Page 10 - Menlo Magazine: Summer/Fall 2018
P. 10

    SUMMER/FALL 2018
    Austin Tamaddon ’12 now works in Silicon Valley as
a software engineer building video applications. During his tenure at Menlo, he coupled moviemaking, dance, and drama with STEM courses, providing the foundation for a double major in computer science and film studies at Wesleyan University. “Whether you are an engineer or a chemist, it’s very important to flex all parts of your thinking, and there is no better way to do so than pairing art and science in one’s education,” he shares.
“For me, Advanced Drama was both a study of the world around me and a journey into who I was and what I wanted for myself. It helped conquer any fear or doubt as to what I could achieve or what I wanted to be. Dance made me comfortable expressing myself and examining the actions of others more closely. Moviemaking strengthened my ability to communicate my desires and intentions to collaborators whilst encouraging patience and careful planning within my projects. All of
these skills allowed me to withstand the pressure of a fast- paced engineering environment that otherwise would have possessed far too many social and political challenges for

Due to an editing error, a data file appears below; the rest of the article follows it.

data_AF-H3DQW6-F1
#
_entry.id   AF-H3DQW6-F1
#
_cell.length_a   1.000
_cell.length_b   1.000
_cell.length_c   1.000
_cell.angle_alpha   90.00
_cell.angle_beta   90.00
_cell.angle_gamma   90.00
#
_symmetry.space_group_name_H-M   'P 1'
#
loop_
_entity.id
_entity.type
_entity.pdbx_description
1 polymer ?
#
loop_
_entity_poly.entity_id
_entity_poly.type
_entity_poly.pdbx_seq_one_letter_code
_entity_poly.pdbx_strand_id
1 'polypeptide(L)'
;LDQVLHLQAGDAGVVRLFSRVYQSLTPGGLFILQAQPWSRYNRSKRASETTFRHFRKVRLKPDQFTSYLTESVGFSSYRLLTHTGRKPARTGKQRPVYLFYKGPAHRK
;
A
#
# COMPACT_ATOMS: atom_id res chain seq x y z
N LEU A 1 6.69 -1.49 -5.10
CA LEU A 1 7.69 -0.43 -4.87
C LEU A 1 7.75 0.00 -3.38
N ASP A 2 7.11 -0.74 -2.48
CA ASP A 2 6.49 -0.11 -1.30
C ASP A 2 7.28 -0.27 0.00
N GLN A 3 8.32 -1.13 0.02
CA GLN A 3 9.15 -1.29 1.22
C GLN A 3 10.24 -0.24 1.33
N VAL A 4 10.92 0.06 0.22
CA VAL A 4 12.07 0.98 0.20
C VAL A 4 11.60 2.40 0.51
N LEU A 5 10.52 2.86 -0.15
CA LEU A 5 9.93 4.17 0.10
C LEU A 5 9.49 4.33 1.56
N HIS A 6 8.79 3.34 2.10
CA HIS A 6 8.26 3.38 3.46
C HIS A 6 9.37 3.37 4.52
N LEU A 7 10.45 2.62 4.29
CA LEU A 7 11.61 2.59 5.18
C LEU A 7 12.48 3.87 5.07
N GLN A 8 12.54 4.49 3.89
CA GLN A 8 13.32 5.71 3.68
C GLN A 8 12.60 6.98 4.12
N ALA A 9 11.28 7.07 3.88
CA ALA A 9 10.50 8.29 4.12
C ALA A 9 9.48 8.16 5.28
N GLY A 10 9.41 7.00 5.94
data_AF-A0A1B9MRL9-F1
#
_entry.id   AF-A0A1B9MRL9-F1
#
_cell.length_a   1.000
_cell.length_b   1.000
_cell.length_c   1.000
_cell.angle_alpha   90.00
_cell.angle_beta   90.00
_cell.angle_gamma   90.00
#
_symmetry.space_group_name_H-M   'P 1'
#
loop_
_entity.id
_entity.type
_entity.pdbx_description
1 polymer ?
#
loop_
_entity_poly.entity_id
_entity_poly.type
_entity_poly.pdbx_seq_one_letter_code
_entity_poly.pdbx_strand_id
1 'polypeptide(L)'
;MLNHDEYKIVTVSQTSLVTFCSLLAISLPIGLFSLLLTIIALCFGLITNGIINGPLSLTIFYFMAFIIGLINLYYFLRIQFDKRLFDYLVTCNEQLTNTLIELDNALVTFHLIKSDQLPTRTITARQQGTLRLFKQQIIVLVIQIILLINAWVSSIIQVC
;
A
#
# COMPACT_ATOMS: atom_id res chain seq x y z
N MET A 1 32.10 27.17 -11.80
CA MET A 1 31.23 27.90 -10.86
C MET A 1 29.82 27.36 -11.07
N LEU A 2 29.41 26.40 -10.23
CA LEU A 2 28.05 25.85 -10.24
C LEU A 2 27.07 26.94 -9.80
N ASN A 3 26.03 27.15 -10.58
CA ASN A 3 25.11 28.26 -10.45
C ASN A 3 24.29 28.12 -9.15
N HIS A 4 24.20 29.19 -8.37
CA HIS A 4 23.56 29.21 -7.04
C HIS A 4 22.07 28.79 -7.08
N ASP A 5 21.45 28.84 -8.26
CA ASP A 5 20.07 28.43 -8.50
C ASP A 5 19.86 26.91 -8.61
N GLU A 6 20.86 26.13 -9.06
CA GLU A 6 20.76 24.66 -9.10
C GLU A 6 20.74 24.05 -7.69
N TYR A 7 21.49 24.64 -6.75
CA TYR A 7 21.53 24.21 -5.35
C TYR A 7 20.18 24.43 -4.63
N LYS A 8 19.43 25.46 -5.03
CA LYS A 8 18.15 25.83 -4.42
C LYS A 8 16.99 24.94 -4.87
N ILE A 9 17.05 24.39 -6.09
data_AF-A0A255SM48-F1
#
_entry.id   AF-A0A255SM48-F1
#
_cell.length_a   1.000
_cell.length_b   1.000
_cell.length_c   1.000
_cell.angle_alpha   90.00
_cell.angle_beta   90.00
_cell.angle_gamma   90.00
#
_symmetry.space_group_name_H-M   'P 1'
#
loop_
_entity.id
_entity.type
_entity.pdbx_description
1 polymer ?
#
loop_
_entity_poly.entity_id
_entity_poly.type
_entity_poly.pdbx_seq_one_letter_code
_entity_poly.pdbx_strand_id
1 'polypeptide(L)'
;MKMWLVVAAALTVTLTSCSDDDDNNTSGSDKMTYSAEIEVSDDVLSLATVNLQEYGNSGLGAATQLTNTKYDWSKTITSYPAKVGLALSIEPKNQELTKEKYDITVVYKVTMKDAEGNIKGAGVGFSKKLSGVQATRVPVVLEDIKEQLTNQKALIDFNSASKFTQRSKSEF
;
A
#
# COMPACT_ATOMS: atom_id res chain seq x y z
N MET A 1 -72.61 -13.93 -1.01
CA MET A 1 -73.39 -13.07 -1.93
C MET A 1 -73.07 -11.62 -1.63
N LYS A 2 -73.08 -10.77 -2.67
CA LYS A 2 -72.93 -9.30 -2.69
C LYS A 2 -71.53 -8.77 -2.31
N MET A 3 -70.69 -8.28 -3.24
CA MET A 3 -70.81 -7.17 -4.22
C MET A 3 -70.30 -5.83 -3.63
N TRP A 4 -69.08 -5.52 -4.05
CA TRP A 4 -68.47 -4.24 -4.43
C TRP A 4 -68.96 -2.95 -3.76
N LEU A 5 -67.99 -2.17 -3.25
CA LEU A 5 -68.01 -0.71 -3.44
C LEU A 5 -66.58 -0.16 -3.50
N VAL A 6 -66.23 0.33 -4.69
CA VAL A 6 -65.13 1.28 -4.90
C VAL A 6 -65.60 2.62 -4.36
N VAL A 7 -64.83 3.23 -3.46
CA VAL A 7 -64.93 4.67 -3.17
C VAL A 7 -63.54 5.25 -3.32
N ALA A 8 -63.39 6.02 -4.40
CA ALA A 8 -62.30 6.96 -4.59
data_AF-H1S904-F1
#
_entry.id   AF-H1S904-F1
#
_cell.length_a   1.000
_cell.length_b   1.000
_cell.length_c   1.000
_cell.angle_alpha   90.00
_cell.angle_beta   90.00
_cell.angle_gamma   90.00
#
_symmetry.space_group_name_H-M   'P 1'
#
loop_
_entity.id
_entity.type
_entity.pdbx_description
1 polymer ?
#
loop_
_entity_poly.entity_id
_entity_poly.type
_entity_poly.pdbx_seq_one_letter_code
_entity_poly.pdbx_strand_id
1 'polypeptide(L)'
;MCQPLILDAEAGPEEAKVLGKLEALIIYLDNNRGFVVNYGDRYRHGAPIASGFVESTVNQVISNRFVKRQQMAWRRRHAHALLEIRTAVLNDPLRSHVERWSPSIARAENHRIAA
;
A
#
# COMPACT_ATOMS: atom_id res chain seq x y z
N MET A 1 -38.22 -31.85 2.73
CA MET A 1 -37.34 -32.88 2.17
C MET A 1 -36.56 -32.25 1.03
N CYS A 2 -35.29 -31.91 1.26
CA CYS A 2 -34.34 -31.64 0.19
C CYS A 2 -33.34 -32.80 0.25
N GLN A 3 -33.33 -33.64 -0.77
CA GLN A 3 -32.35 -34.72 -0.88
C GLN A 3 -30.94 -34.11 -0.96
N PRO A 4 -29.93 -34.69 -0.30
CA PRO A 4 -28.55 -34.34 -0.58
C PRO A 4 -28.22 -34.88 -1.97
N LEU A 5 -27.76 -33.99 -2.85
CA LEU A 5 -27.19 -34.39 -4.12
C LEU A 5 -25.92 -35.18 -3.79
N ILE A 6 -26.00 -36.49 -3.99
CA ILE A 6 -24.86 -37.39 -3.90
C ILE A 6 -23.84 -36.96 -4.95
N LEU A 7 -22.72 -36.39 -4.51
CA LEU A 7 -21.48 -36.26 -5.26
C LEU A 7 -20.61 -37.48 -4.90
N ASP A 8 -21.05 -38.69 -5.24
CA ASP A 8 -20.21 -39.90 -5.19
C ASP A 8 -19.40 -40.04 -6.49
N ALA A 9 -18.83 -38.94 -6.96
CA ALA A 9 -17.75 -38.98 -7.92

me to navigate.”
Austin continues, " Menlo was an irreplaceable experience in my development as it fostered an insatiable curiosity within
me. I cannot imagine, and will not entreat the
possibility, that it could have done
so without the arts
education I received.”
Ahna O'Reilly ’03, a Hollywood-based screen and stage actress, also values
the well-rounded
education she
got at Menlo.
“I’ve always been
grateful that
Menlo required
us to sample every
art form available
[through the Freshman Rotation program] and
then encouraged us to follow our interests,” she explains.
“Given the STEM focus of Silicon Valley, I believe the arts are more important than ever. The more diverse your skill set, the more creative you can be in whatever field you choose to pursue,” she says. “I often think of Steve Jobs famously being inspired by calligraphy. You never know what will arouse
and trigger discovery. Encouraging right-brain activity in a left-brain-dominant culture is imperative...The arts nurture curiosity and self-expression. They make us well-rounded and better human beings.”

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